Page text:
"I eat soup and bacon."
Translation:Ithim anraith agus bágún.
It only accepts ithim which is right but technically itheann mé is also correct, which it doesn't accept. It should teach variation in the language
I agree that it should accept both the modern slang ithim and the more formal itheann mé. Even in English I some times use more formal speech patterns for emphasis, and was taught itheann mé in Ireland.
I don't know of any modern dialects where the analytic form "itheann mé" would be used in a present habitual statement in place of the synthetic "ithim". Do you? You will sometimes see the analytic in a one-word answer to a question. "An itheann tú bagún?" Usually "ithim", but occasionally "itheann".
Just saying what I've come across vs. what my be technically correct. (And not pretending I can give the "authoritative" answer.) I think it's best for an introductory course like this to stick with common usage vs. theoretical possibility.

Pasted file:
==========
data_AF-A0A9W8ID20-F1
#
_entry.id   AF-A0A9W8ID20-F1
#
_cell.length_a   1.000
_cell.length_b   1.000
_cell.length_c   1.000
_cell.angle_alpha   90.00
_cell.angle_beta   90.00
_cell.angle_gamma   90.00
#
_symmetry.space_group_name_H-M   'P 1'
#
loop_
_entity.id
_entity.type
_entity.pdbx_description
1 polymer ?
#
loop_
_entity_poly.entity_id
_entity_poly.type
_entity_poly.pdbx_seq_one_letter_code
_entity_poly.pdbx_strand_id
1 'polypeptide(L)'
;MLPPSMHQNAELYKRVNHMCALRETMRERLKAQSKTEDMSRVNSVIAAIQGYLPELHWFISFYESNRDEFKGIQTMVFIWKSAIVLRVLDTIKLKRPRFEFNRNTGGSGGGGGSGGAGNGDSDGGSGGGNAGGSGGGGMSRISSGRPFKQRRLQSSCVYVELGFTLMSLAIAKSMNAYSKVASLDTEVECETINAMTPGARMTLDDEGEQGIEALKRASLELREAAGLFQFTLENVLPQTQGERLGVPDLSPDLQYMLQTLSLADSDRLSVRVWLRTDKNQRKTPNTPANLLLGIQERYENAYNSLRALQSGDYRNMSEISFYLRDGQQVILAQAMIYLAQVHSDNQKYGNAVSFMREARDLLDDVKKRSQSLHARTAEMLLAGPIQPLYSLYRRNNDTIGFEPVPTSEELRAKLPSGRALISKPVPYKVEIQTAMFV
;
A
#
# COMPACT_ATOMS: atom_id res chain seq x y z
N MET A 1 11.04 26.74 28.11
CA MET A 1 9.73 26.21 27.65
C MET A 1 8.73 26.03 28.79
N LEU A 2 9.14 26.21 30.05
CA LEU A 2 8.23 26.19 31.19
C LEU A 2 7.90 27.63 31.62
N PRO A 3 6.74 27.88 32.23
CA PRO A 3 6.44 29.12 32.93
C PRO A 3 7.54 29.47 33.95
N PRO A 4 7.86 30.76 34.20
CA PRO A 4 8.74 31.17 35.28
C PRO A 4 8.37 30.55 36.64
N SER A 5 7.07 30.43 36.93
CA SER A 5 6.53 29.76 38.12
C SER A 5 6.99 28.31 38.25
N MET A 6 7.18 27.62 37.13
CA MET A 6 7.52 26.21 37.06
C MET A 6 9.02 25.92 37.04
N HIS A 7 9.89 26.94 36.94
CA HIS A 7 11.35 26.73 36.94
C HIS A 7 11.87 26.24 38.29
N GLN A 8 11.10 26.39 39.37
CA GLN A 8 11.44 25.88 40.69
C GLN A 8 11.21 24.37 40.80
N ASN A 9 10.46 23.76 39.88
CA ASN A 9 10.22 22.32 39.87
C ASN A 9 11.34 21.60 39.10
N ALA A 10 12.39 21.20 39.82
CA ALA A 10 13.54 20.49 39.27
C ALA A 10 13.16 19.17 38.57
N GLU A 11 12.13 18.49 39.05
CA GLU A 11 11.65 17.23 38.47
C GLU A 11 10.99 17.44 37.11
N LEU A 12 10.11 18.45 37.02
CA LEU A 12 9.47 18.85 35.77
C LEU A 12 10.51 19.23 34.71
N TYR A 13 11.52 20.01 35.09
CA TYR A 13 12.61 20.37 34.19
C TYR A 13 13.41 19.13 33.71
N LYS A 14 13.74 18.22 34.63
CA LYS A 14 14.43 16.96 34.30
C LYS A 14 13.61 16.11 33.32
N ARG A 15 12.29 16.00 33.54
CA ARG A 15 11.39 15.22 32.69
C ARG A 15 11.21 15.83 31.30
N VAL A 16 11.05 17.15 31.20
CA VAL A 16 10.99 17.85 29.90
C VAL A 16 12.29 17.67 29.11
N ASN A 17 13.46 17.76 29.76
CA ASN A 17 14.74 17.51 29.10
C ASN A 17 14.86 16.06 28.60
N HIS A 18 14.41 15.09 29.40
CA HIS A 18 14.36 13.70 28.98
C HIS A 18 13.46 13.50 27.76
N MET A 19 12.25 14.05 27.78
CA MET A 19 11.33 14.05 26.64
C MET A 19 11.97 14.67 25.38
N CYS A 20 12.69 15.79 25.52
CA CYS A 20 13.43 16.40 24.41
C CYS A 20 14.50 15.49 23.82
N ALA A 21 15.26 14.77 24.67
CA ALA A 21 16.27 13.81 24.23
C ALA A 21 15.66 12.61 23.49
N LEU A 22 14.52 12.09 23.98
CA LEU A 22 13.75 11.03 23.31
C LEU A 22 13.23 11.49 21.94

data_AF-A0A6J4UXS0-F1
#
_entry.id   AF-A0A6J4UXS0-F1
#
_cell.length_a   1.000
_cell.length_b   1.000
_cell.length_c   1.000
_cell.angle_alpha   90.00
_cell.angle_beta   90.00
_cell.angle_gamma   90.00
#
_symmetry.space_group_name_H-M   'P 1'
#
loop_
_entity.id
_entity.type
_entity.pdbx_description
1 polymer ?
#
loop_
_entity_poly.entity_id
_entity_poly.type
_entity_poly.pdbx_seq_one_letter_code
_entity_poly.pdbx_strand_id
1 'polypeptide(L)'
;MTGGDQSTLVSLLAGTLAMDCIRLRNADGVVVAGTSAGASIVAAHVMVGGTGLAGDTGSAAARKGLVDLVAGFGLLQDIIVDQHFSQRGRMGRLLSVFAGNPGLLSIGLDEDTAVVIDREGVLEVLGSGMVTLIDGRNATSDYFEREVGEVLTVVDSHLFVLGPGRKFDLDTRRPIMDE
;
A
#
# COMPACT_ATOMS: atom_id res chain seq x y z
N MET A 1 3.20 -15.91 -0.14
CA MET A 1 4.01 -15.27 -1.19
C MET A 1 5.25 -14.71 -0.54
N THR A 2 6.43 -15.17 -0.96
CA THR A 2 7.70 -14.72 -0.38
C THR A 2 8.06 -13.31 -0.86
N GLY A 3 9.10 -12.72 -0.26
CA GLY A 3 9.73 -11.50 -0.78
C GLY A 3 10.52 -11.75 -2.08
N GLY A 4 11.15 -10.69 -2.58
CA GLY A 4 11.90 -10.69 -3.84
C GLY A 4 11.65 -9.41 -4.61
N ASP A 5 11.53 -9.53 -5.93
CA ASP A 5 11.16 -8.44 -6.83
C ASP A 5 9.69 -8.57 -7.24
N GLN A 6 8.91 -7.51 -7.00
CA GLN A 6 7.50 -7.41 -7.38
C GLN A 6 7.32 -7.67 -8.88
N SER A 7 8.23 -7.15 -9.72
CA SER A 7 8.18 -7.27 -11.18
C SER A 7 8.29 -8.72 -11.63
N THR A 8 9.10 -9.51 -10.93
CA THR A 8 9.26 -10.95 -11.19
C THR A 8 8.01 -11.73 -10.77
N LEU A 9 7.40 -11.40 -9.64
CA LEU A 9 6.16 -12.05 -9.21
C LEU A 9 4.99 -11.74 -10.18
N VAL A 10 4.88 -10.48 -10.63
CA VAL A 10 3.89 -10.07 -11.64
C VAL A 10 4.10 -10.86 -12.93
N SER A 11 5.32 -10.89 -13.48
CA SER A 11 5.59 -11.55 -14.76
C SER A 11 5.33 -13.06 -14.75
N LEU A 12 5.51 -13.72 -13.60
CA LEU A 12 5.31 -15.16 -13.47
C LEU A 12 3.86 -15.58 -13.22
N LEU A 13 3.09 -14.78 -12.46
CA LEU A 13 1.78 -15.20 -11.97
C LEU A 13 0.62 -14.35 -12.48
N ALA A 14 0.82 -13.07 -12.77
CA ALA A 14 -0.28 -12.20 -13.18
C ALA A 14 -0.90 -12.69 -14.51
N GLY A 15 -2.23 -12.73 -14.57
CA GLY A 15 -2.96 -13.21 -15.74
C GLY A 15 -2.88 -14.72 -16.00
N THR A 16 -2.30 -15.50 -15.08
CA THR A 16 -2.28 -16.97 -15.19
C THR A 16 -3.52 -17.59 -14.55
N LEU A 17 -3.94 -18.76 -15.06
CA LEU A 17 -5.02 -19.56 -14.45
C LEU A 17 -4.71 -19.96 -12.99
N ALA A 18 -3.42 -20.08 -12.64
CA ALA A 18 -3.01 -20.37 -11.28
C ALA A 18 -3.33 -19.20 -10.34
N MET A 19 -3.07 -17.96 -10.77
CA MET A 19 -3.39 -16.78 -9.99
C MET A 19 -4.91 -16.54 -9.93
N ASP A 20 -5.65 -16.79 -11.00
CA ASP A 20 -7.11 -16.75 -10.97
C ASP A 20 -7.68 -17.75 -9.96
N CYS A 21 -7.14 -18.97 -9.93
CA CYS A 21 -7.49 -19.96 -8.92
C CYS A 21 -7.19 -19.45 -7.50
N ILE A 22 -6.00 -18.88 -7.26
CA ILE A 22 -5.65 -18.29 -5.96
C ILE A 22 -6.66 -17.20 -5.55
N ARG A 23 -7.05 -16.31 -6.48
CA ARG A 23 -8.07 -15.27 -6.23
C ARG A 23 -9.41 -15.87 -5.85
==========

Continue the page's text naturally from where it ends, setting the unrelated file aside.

What do you think?
I learnt "Sú" which is the Ulster Irish equivalent for soup, as opposed to "anraith".
Perhaps it’s a shortened form of muiceoil shaillte or muiceoil leasaithe (“cured pork”)?
Dinneen’s 1904 dictionary noted that bácún, bagún, and muic-fheoil could all be translated as “bacon”.
Is the audio not saying "ithim aran agus bagun"? I know aran and anraith have similar sounds to them, but I'm pretty sure she's talking about bread here, no?